On average, it takes 10,000 litres of water to produce 1 kilo of cotton, or 2,500 to 3,000 litres for a standard T-shirt (250 to 300 grams of cotton). That’s a lot of water consumption for such a small piece of fabric! 4% of the world’s drinking water is used to produce our clothes. The water used to prepare cotton is unhealthy and discharged into the environment, polluting rivers and the air.
“As reported in the 3rd Global Climate Action Report by Sector (Climate Chance, 2020), the production and use of clothing emit around 4% of global greenhouse gas emissions. Boom! This statement is a blow. “This is primarily due to the carbon intensity of synthetic fibres (around 60% of fibres produced – the vast majority of which are polyester), which is much higher than that of cotton: 11.9 compared with 4.7 kgCO2e/kg (Ellen MacArthur Foundation, 2017). In fact, their production is based on the transformation of 48 million tonnes of oil per year, and therefore accounts for almost half of the emissions calculated by the Ellen MacArthur Foundation report (530 MtCO2e in 2015, or 44% of emissions)”. The many other manufacturing stages (production of raw materials, transformation of fibres into yarn, manufacture), distribution and the way we consume fashion (rate of purchase, use/maintenance of garments, end of life) are all other greenhouse gas emitting factors”. (
We should be favouring clothes made from hemp, a very hard-wearing material, bamboo, wool or linen, which require much less water and produce less carbon. Petroleum-based materials should also be avoided. It’s better to turn to second-hand materials.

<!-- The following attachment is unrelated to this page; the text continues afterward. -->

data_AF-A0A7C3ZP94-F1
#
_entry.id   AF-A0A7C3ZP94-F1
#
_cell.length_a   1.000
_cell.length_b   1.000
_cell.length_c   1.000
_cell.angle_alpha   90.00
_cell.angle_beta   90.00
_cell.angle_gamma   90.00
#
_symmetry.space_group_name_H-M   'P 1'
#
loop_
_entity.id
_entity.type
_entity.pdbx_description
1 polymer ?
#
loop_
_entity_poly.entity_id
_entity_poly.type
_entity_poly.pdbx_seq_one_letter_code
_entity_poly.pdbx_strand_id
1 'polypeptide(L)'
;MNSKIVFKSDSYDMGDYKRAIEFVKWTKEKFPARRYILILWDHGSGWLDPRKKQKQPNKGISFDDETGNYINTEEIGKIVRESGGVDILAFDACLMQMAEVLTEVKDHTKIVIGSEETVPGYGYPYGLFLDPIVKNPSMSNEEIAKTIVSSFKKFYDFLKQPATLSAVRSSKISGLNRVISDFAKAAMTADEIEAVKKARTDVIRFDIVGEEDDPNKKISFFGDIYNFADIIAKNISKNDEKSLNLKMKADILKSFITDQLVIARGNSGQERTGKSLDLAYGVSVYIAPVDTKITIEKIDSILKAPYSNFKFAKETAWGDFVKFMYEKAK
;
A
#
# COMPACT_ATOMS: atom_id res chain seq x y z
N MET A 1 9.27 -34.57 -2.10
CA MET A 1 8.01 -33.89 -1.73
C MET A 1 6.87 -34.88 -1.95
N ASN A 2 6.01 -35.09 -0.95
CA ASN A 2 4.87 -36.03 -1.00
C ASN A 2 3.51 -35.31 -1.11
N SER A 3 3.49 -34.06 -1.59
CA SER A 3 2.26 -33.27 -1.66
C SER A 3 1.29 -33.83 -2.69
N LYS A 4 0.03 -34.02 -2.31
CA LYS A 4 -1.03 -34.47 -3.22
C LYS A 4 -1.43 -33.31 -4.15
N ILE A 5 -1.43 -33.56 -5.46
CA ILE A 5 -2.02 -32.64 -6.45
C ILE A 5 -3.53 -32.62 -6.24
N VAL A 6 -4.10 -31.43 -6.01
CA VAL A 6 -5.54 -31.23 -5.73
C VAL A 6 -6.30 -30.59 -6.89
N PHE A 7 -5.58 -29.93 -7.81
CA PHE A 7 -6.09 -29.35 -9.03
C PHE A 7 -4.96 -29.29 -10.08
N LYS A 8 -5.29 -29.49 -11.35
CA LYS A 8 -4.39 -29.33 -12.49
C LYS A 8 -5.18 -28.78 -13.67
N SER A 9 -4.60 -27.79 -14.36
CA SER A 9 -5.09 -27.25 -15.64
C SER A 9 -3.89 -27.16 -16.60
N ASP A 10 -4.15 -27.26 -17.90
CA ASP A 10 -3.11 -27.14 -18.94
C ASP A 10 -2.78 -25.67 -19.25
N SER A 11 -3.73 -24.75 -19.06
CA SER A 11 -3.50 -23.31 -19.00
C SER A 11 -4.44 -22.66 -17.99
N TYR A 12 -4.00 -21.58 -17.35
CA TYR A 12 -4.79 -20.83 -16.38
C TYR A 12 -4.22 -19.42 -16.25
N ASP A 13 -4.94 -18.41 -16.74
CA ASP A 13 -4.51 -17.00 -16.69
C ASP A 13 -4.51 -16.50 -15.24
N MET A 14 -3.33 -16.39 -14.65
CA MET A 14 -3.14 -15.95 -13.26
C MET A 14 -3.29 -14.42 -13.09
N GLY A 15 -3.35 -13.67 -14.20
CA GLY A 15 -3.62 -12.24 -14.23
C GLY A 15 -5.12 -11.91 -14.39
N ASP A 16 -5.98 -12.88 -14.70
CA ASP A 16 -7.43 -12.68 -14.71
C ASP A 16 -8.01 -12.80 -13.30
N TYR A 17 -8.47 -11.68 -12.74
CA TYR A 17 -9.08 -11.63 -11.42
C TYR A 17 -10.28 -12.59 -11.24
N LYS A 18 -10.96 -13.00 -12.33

Les pouvoirs du chanvre | ARTE Regards:

Fast fashion | Les dessous de la mode à bas prix | ARTE:

What’s more, free returns pollute enormously. Returns have tripled in ten years. People buy three times too much, so there are no consequences for polluting and wasting. Returns are destroyed so as not to compete with the new. Brands can afford to do this because they have a 90% mark-up. On average, out of 100 euros, it costs 8 euros and 2 euros to destroy the clothes. They throw them into the sea and the desert. No business can compete with free returns.

La huella kilométrica de la ropa usada: de España a Togo en un pantalón geolocalizado – El País:

“Piensa primero, compra después”: Vestiaire Collective prohíbe vender Zara por considerarla moda rápida – El País:

Clothes are produced in polluting conditions. What is unacceptable in Europe is unacceptable elsewhere. By relocating abroad, producers don’t have to worry about social and environmental criteria. They don’t treat wastewater, use pesticides, treat employees like near-slaves and use child labor.

SayNoToFastFashion: Starting this Black Friday, we are banning fast fashion brands:

World trade helps world peace. But we must stop polluting and mistreating human beings. Conditions must be imposed on imports.

We must oppose subscription systems that allow us to consume and waste at will.

Les enseignes de distribution misent sur l’abonnement pour se refaire une santé – Le Monde:

Influencers are paid to promote fashion products. Shein is the leader in fast fashion and only invests in influencers. Exploitation, danger and low wages are the norm. Gaining people’s trust without specifying that they are paid to go one way or the other is dishonest.

Nowadays, there are disinfluencers who criticize products and mass consumption. As a result, they are accused by influencers and “experts” of conspiring, of being financed by competitors. In short, brands are scared while they have paid 30 billion in 2023 for social network influencers to promote their products.

Forget the influencers. Here come the ‘deinfluencers’ – CNN:
Deinfluencers Are Sharing The Things That People Should Stop Buying, And I’m Absolutely Loving It – Buzzfeed:

Aurianne Or by Aurianne Or is licensed under CC BY-NC 4.0